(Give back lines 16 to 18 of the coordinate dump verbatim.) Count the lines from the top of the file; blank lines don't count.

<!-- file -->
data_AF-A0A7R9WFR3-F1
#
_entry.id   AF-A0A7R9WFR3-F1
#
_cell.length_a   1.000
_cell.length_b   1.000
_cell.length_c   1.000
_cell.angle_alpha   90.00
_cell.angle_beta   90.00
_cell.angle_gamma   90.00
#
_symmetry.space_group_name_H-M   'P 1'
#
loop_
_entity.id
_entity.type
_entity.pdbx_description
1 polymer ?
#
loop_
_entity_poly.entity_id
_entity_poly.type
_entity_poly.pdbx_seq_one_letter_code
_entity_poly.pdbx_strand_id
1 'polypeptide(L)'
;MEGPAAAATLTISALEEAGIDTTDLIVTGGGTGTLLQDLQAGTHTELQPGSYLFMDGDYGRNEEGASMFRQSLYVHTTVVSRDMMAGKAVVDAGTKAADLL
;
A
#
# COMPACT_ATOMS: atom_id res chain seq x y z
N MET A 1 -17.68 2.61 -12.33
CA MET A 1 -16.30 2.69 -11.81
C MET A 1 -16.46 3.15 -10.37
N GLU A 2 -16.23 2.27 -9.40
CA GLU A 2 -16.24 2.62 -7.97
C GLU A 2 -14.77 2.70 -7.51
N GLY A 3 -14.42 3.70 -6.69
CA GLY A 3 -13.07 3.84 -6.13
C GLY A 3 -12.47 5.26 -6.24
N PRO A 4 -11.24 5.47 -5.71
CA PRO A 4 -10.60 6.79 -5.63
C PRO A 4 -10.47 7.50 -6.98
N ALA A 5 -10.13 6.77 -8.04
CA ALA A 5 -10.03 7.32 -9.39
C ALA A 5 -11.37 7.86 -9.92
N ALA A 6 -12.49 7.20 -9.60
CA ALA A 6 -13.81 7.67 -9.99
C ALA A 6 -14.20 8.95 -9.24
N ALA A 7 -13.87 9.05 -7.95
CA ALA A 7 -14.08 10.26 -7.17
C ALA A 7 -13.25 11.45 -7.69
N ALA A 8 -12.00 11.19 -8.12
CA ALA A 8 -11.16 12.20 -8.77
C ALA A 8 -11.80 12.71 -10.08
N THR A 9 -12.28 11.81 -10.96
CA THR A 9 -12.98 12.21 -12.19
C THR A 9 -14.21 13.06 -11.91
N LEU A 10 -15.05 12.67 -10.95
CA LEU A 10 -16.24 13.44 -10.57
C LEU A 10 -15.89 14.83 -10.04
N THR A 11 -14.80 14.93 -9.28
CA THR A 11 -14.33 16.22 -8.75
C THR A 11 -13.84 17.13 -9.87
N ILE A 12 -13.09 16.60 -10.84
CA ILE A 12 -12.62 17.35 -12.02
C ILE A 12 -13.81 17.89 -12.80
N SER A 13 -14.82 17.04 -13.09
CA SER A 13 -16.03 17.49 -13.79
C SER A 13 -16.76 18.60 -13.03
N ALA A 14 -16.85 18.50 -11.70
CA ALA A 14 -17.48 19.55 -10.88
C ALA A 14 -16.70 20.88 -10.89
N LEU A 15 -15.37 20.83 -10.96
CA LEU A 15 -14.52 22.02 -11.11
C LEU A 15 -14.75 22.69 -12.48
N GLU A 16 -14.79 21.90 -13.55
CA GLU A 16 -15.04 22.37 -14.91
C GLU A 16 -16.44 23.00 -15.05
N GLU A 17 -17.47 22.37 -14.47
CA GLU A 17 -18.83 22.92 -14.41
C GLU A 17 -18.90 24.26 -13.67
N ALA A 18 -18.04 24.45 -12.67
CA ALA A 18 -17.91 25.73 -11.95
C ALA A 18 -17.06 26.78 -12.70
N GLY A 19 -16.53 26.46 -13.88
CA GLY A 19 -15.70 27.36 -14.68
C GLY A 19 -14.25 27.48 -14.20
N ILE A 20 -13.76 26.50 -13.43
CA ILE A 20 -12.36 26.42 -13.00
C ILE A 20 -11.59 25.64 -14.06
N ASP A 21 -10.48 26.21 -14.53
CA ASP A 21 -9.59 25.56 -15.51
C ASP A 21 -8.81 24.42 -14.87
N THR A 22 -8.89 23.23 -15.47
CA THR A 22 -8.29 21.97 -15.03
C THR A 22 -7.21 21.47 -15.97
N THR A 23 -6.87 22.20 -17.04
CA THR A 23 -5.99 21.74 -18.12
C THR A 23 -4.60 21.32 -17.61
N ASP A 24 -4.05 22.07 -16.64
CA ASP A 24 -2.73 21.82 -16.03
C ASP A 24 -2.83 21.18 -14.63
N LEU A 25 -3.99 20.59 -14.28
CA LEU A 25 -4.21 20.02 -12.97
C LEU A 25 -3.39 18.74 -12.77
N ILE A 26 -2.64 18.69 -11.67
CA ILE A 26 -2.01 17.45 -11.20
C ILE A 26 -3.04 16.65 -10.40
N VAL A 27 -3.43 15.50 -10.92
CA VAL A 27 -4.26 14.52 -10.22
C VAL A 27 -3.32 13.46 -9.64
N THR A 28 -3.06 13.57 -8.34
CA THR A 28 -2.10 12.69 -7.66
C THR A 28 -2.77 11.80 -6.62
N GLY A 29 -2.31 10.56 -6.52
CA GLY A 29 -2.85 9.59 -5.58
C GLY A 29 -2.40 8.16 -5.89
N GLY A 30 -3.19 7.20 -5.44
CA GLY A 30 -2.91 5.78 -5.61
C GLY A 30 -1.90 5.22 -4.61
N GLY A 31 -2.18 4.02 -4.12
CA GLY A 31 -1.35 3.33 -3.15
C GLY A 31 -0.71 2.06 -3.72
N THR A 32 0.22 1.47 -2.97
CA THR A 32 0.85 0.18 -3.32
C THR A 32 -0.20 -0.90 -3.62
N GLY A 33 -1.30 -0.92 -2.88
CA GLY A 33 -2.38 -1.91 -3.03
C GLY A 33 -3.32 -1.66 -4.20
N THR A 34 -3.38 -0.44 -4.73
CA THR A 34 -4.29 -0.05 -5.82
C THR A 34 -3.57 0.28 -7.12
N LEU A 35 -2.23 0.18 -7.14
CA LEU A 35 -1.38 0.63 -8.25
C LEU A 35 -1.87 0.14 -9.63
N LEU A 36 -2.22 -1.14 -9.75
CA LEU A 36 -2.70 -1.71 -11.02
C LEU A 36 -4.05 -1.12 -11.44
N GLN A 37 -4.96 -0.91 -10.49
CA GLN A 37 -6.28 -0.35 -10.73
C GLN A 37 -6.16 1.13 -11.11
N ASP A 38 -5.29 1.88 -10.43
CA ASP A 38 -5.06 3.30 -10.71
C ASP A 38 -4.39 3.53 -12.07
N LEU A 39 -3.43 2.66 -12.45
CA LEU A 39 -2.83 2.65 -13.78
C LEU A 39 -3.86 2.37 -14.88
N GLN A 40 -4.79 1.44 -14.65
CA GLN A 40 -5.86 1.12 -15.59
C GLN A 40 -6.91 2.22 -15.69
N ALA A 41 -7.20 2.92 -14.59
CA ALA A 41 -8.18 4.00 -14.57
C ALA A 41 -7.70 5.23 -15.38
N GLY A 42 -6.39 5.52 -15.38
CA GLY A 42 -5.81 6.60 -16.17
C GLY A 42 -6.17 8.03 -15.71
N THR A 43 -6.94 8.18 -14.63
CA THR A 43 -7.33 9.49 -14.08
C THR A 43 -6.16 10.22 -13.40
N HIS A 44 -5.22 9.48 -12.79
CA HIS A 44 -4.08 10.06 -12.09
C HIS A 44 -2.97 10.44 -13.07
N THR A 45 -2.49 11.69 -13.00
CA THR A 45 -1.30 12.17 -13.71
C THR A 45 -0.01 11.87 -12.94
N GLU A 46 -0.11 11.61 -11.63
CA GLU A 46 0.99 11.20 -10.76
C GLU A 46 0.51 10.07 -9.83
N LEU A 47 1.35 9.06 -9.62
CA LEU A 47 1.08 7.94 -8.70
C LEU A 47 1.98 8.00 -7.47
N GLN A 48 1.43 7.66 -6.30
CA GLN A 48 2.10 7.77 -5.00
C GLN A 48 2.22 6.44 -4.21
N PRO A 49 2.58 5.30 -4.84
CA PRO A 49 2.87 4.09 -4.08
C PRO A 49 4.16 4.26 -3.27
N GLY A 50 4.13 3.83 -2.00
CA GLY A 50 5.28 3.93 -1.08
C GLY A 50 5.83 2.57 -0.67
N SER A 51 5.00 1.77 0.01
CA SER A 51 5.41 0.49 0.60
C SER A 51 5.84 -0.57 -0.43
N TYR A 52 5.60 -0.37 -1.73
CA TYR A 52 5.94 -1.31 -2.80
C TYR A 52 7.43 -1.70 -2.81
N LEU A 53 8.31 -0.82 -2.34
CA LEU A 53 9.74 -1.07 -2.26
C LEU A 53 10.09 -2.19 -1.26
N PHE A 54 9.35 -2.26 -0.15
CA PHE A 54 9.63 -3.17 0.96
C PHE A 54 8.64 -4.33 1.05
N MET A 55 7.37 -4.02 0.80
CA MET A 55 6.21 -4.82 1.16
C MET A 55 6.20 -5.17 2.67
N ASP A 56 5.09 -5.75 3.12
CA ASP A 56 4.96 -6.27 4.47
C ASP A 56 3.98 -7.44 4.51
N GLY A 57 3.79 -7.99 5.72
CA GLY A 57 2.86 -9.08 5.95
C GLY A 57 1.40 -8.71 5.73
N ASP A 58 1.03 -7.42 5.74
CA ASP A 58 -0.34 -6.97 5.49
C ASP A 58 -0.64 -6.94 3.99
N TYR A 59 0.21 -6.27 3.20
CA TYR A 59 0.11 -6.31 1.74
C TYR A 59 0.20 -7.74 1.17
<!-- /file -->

_entity.type
_entity.pdbx_description
1 polymer ?